A viewer email a few weeks ago alerted us that sometimes, people get tickets for using marijuana on federal lands in Colorado.
This makes sense – as marijuana is still illegal to possess, sell, consume or cultivate at the federal level – despite state law.
So we asked a couple of federal agencies how often people really do get into trouble for having even small amounts of marijuana on federal lands, like in national parks. For this, we asked the Bureau of Land Management – which oversees 8.3 million acres of federal lands in Colorado and asked the National Parks Service, which manages Rocky Mountain National Park, about how often law enforcement officers for each agency have ticketed people for having or using marijuana.
Neither agency was able to provide exact statistics, based on their internal data-keeping. Instead, their records show reported drug incidents – but both agencies said the majority of these incidents were related to marijuana.
Both agencies provided the number of drug incidents, including citations, warnings and arrests from 2014-2016.
Here’s what BLM sent:
In 2014, BLM enforcement officers wrote 28 “citation notices” or tickets and 38 warnings. In 2015, the records recorded 27 citations and 22 warnings, and in 2016, law enforcement working for BLM wrote 23 citations and gave 26 warnings for drug use.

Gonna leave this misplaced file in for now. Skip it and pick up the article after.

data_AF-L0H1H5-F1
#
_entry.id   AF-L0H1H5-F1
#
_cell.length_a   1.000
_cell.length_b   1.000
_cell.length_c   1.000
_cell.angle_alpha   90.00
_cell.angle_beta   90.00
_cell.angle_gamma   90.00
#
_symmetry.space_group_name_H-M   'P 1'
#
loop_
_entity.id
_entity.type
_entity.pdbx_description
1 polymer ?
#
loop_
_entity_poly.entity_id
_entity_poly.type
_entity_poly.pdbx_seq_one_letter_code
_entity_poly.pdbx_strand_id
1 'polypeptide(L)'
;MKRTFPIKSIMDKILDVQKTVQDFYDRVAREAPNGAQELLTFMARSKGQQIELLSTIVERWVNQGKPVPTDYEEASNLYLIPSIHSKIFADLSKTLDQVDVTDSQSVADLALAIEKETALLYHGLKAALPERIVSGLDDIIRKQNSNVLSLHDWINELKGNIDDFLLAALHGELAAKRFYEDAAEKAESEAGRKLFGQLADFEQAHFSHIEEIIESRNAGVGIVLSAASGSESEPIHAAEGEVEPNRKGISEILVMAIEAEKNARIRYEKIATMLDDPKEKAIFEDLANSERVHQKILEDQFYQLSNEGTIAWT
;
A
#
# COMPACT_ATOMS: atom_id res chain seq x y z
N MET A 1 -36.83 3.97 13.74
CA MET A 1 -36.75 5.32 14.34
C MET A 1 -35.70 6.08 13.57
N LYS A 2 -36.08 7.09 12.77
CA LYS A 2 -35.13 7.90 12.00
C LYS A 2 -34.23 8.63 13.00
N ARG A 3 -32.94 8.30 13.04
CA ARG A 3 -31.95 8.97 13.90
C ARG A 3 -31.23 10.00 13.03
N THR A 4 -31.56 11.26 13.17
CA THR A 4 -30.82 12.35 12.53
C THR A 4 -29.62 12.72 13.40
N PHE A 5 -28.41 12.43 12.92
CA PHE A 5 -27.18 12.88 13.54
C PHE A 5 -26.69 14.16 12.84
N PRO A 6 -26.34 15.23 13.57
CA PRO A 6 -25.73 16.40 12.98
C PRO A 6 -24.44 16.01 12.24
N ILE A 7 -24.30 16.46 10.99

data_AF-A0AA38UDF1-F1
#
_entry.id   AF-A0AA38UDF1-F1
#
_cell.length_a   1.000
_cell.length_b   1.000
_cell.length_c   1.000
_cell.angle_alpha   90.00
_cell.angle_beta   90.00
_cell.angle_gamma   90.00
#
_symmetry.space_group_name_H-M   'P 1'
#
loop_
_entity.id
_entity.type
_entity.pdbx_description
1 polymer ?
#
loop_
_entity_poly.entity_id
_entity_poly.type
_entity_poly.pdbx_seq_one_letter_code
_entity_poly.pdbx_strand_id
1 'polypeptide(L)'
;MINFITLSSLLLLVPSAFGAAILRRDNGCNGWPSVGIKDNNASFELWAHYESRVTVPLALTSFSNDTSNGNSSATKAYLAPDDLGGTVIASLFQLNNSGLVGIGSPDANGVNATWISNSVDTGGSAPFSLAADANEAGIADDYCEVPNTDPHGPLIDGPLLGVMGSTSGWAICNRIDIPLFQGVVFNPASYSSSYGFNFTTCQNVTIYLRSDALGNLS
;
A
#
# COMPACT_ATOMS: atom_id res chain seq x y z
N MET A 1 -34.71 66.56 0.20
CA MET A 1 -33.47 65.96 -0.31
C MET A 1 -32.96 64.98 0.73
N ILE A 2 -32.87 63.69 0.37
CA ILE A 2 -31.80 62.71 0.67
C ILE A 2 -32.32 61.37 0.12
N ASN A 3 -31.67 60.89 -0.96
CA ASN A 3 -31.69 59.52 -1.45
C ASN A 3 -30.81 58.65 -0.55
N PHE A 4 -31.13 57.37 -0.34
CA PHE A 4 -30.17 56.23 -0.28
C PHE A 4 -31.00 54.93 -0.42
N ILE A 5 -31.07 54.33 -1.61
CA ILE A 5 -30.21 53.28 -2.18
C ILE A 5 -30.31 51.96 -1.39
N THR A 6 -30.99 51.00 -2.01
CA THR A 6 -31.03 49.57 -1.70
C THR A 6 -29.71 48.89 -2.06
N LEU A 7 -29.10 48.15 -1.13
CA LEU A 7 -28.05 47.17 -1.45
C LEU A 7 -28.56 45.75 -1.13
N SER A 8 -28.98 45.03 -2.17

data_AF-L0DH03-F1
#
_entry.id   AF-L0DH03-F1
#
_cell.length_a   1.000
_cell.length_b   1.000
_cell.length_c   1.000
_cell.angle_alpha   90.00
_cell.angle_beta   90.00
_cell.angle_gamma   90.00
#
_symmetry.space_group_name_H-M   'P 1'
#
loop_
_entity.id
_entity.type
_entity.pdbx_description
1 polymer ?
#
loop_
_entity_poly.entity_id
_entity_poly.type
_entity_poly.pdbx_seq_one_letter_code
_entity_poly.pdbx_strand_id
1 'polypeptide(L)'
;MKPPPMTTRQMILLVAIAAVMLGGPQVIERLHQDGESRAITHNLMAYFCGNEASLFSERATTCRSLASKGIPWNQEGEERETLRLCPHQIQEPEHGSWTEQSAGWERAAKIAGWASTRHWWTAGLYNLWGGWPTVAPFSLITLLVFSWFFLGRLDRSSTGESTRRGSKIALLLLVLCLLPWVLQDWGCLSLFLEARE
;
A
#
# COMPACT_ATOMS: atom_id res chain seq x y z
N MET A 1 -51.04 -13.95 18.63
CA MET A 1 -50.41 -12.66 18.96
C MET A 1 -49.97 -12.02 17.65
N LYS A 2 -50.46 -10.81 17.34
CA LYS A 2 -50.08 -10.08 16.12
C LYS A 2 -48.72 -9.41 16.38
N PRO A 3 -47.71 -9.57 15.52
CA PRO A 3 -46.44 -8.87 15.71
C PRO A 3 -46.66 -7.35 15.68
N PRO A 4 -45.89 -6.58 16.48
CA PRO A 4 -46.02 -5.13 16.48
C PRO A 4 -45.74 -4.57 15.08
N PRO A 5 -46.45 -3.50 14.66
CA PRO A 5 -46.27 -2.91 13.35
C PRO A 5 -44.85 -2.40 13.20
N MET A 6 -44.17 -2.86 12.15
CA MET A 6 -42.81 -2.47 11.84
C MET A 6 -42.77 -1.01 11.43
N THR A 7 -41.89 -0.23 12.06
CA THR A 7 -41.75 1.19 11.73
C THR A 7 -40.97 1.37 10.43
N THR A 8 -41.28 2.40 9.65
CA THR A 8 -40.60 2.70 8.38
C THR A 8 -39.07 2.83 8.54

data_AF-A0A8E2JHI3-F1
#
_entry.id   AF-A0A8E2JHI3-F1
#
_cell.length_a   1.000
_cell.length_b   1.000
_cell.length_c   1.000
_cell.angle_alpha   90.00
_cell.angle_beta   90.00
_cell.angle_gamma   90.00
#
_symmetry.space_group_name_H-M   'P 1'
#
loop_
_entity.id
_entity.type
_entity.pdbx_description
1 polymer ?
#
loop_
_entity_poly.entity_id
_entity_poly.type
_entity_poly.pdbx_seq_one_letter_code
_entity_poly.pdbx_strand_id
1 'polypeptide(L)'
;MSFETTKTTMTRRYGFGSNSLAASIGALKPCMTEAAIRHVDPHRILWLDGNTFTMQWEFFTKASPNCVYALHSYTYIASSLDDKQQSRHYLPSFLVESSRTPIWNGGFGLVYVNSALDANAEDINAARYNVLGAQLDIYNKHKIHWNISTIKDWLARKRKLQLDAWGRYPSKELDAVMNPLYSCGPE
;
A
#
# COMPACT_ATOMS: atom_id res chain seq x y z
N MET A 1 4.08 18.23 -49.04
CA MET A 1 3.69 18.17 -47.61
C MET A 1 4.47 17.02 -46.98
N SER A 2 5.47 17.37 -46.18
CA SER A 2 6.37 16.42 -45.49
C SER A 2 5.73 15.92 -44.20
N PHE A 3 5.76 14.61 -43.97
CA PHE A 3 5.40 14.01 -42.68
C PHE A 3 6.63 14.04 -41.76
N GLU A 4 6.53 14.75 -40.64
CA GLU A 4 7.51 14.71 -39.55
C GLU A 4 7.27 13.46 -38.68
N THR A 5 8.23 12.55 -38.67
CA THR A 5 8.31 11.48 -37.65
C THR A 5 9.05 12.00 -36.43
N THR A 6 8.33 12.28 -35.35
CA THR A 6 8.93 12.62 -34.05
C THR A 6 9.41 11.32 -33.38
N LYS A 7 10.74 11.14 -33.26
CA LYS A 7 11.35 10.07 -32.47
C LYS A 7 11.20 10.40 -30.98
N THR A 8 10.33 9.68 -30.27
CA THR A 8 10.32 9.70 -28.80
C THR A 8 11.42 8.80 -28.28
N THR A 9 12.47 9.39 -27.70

The Bureau of Land Management says their tickets carry a hefty price tag.
There’s a $250 collateral fine for possessing less than one ounce of marijuana, according to BLM spokesperson Steven Hall.
The National Parks Service works a little differently.
According to their data, there were just 7 drug violations in 2014 – including 5 tickets and two arrests in 2014. In 2015, there was one criminal complaint and one citation. That number jumped to 47 total incidents in 2016, including 29 warnings given out at Rocky Mountain National Park.
The National Parks Service says the fine may fluctuate depending on the enforcement action and severity of the reported crime.
Altogether, the number of citations seemed a little low – especially when compared to the number of tickets for using marijuana in Denver.
Last year alone, Denver police wrote 590 citations for public consumption/unlawful public display of marijuana – and that’s just one category of tickets Denver police may issue regarding cannabis!
Which all goes to say – even though the drug is legal in Colorado – there are still restrictions in all public places, whether those are patrolled by park rangers or by local police.